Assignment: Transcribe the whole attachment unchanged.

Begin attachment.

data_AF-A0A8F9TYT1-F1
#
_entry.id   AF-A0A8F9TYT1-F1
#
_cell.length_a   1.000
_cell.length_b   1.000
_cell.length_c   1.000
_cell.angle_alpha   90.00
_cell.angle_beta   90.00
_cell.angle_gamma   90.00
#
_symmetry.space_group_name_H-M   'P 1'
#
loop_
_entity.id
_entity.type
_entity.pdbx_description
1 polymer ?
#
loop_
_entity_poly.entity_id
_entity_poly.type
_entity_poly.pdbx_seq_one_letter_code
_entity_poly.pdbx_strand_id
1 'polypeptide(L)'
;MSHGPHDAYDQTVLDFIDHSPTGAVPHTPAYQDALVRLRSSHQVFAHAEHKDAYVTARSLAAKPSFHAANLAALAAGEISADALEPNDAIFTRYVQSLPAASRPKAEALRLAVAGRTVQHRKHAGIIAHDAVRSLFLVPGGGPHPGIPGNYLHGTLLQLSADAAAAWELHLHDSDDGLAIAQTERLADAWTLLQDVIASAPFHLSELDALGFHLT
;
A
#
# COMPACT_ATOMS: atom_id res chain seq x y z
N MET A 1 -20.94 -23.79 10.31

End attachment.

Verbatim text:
data_AF-A0A8F9TYT1-F1
#
_entry.id   AF-A0A8F9TYT1-F1
#
_cell.length_a   1.000
_cell.length_b   1.000
_cell.length_c   1.000
_cell.angle_alpha   90.00
_cell.angle_beta   90.00
_cell.angle_gamma   90.00
#
_symmetry.space_group_name_H-M   'P 1'
#
loop_
_entity.id
_entity.type
_entity.pdbx_description
1 polymer ?
#
loop_
_entity_poly.entity_id
_entity_poly.type
_entity_poly.pdbx_seq_one_letter_code
_entity_poly.pdbx_strand_id
1 'polypeptide(L)'
;MSHGPHDAYDQTVLDFIDHSPTGAVPHTPAYQDALVRLRSSHQVFAHAEHKDAYVTARSLAAKPSFHAANLAALAAGEISADALEPNDAIFTRYVQSLPAASRPKAEALRLAVAGRTVQHRKHAGIIAHDAVRSLFLVPGGGPHPGIPGNYLHGTLLQLSADAAAAWELHLHDSDDGLAIAQTERLADAWTLLQDVIASAPFHLSELDALGFHLT
;
A
#
# COMPACT_ATOMS: atom_id res chain seq x y z
N MET A 1 -20.94 -23.79 10.31